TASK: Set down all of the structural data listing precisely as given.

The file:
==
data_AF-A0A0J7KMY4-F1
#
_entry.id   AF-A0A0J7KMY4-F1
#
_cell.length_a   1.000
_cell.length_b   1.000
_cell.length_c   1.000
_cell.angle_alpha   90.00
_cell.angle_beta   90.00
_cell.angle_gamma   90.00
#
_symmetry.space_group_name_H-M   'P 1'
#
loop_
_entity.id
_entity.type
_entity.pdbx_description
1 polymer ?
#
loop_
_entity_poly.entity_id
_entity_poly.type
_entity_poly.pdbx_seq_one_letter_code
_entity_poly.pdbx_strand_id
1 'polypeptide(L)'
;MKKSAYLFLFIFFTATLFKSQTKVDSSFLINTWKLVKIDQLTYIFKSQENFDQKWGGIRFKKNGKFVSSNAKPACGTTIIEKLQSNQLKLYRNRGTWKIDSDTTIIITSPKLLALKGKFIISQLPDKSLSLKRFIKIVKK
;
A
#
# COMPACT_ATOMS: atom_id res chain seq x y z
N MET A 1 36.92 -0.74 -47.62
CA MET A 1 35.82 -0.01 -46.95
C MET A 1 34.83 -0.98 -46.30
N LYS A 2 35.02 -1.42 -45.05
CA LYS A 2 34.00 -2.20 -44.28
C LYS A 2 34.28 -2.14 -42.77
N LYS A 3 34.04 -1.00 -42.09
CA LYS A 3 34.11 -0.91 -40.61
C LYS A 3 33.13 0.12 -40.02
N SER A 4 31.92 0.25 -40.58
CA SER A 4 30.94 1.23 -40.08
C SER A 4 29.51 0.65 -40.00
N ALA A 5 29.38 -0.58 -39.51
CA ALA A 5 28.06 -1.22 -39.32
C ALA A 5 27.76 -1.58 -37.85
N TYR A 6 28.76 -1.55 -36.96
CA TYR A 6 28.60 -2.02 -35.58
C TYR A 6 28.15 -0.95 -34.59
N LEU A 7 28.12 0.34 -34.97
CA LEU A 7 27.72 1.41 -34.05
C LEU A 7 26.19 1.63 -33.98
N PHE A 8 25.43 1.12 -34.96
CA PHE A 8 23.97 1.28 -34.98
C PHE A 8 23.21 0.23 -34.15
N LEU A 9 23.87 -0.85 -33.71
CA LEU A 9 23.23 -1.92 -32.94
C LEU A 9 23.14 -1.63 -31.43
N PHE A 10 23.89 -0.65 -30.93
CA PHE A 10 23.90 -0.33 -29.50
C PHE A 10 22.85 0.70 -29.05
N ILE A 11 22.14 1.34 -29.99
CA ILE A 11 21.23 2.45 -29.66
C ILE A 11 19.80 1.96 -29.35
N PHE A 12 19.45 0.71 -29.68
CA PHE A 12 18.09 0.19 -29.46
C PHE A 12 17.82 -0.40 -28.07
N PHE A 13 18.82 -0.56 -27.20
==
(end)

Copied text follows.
data_AF-A0A0J7KMY4-F1
#
_entry.id   AF-A0A0J7KMY4-F1
#
_cell.length_a   1.000
_cell.length_b   1.000
_cell.length_c   1.000
_cell.angle_alpha   90.00
_cell.angle_beta   90.00
_cell.angle_gamma   90.00
#
_symmetry.space_group_name_H-M   'P 1'
#
loop_
_entity.id
_entity.type
_entity.pdbx_description
1 polymer ?
#
loop_
_entity_poly.entity_id
_entity_poly.type
_entity_poly.pdbx_seq_one_letter_code
_entity_poly.pdbx_strand_id
1 'polypeptide(L)'
;MKKSAYLFLFIFFTATLFKSQTKVDSSFLINTWKLVKIDQLTYIFKSQENFDQKWGGIRFKKNGKFVSSNAKPACGTTIIEKLQSNQLKLYRNRGTWKIDSDTTIIITSPKLLALKGKFIISQLPDKSLSLKRFIKIVKK
;
A
#
# COMPACT_ATOMS: atom_id res chain seq x y z
N MET A 1 36.92 -0.74 -47.62
CA MET A 1 35.82 -0.01 -46.95
C MET A 1 34.83 -0.98 -46.30
N LYS A 2 35.02 -1.42 -45.05
CA LYS A 2 34.00 -2.20 -44.28
C LYS A 2 34.28 -2.14 -42.77
N LYS A 3 34.04 -1.00 -42.09
CA LYS A 3 34.11 -0.91 -40.61
C LYS A 3 33.13 0.12 -40.02
N SER A 4 31.92 0.25 -40.58
CA SER A 4 30.94 1.23 -40.08
C SER A 4 29.51 0.65 -40.00
N ALA A 5 29.38 -0.58 -39.51
CA ALA A 5 28.06 -1.22 -39.32
C ALA A 5 27.76 -1.58 -37.85
N TYR A 6 28.76 -1.55 -36.96
CA TYR A 6 28.60 -2.02 -35.58
C TYR A 6 28.15 -0.95 -34.59
N LEU A 7 28.12 0.34 -34.97
CA LEU A 7 27.72 1.41 -34.05
C LEU A 7 26.19 1.63 -33.98
N PHE A 8 25.43 1.12 -34.96
CA PHE A 8 23.97 1.28 -34.98
C PHE A 8 23.21 0.23 -34.15
N LEU A 9 23.87 -0.85 -33.71
CA LEU A 9 23.23 -1.92 -32.94
C LEU A 9 23.14 -1.63 -31.43
N PHE A 10 23.89 -0.65 -30.93
CA PHE A 10 23.90 -0.33 -29.50
C PHE A 10 22.85 0.70 -29.05
N ILE A 11 22.14 1.34 -29.99
CA ILE A 11 21.23 2.45 -29.66
C ILE A 11 19.80 1.96 -29.35
N PHE A 12 19.45 0.71 -29.68
CA PHE A 12 18.09 0.19 -29.46
C PHE A 12 17.82 -0.40 -28.07
N PHE A 13 18.82 -0.56 -27.20